Origami letters is a weekly series Jennie and I are experimenting with, where we share moments from our relationship through a selection of letters we’ve sent each other over our four year marriage (and nine year relationship). These letters have been lightly edited for grammar and brevity. Pseudonyms are used to protect people’s privacy.
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Back in 2016, I sent the following email to Jennie with the subject line “Looking out over the hump.” It’d only been a few months since we moved to Los Angeles, and we were both starting to establish our routines. This letter was also written exactly one week before we decided to start this blog. Our first post was published on August 12th titled, “A 20-Something’s Guide to Starting Over.” It’s funny looking back on it now.
I think this letter provides readers with a glimpse into why we started The Origami Life and our hopes for it going forward.
Note: If you're interested in our story so far, check out The Origami Life: The Story So Far.
An Origami Letter:
Looking Out Over the Hump
Got both your voice messages this morning. The first when I woke up and the second after I came back from my run. You sounded very cute in a flustered, occupied sort of way.
On my run this morning along the neighborhood circuit, I was startled by a grey tabby cat lying on its side on a corner patch of grass near a busy intersection. This was by the tennis courts of the Mar Vista rec centre. It was a strange place to find a cat, and I had to leap out of the way to avoid stepping on her. She was wearing a red collar with a silver bell on it. Her eyes followed me as I went by.
As I continued on my run, I realized that something was...off about her. It's not every day that you see a cat outside just lying there, all alone at the edge of the sidewalk. She was barely moving. She must be sick. Heat exhaustion? I decided that on my second lap around, I would stop and check to see if she was all right.
When I passed the tennis courts the second time, there were two women standing where the cat had been. They looked like mother and daughter. The daughter was in her thirties and her mother, who looked to be in her late fifties. She was cradling the cat in her arms and sobbing. The daughter stood off to the side, looking helpless.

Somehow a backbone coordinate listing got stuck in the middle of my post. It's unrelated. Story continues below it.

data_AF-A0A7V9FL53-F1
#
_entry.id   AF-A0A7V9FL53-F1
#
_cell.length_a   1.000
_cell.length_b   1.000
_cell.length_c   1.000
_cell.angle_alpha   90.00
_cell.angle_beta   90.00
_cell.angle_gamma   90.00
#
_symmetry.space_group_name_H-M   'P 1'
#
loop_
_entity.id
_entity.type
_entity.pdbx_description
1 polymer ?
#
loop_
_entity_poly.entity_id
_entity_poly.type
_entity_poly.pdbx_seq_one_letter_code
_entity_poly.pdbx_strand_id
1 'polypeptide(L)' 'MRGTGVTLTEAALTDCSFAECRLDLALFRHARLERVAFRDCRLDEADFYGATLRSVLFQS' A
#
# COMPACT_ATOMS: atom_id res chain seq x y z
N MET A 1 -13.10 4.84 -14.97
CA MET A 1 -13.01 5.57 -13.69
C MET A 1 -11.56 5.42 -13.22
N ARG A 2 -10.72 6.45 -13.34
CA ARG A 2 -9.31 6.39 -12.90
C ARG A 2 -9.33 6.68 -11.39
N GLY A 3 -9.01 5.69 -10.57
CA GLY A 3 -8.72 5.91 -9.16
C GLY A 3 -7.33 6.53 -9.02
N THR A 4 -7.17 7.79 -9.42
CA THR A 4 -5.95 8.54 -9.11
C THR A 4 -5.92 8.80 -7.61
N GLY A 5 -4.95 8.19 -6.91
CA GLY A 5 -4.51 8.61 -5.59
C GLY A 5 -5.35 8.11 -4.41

They must be the owners, I thought. I slowed down to catch a glimpse of the cat. Sure enough, she was dead.
I didn't know what to say. A lot of questions were running through my mind. What happened? Why was she all alone on the edge of the sidewalk? Was it already sick when they brought her out or did it get hit by a passing car or a bicycle?
Was I the last person she saw before she died?
I really hope not. Startled, I had jumped out of the way and kept right on going. Never stopping for a second. It was too late before I realized that something might be wrong. Even after her death, I wanted to know the story of how she ended up there. I wanted to ask the two women what happened. But instead, I ran past them again without so much as a word.
I guess you could say that it's a fundamental character flaw of mine. Growing up as an intensely shy child, who didn't speak a word all through kindergarten and cried when my mom dropped me off, into a cold and self-absorbed adult. What business was it of mine to ask questions or express concern? What difference would it make? And so I thought and reasoned to myself, and in the end, none of the things that I thought or felt ever translated into action.
I think that's the truth of where we stand right now. Always on the cusp of something but lacking the resolve and drive to constantly move forward, to focus on the present moment and not on the past or dreams of a future where I’m free from all obligations and impositions. Me. Always me.
Is there no one else I can think about besides myself?
Running helps, I think. So does writing when I can sit down and concentrate and not worry about anything else. I arrive at some sort of understanding about who I am and can reflect on moments that would otherwise pass me by. But knowing this isn’t enough. I have to remember that actions are the only thing that matters. The only thing that counts. Putting one word after the next, one foot after another, and with hope in my heart that eventually, one of those footsteps will take me home.
The Challenge: Looking at the World Through New Eyes
One of the reasons Jennie and I were willing to wait two whole years before heading off on our RTW trip is because around the time this letter was written, we both realized that the “where” isn’t nearly as important as the “how.”
We carry the way we look at the world and our own lives wherever we go.
And we've realized that the only way to add meaning and value to something is to create it for ourselves.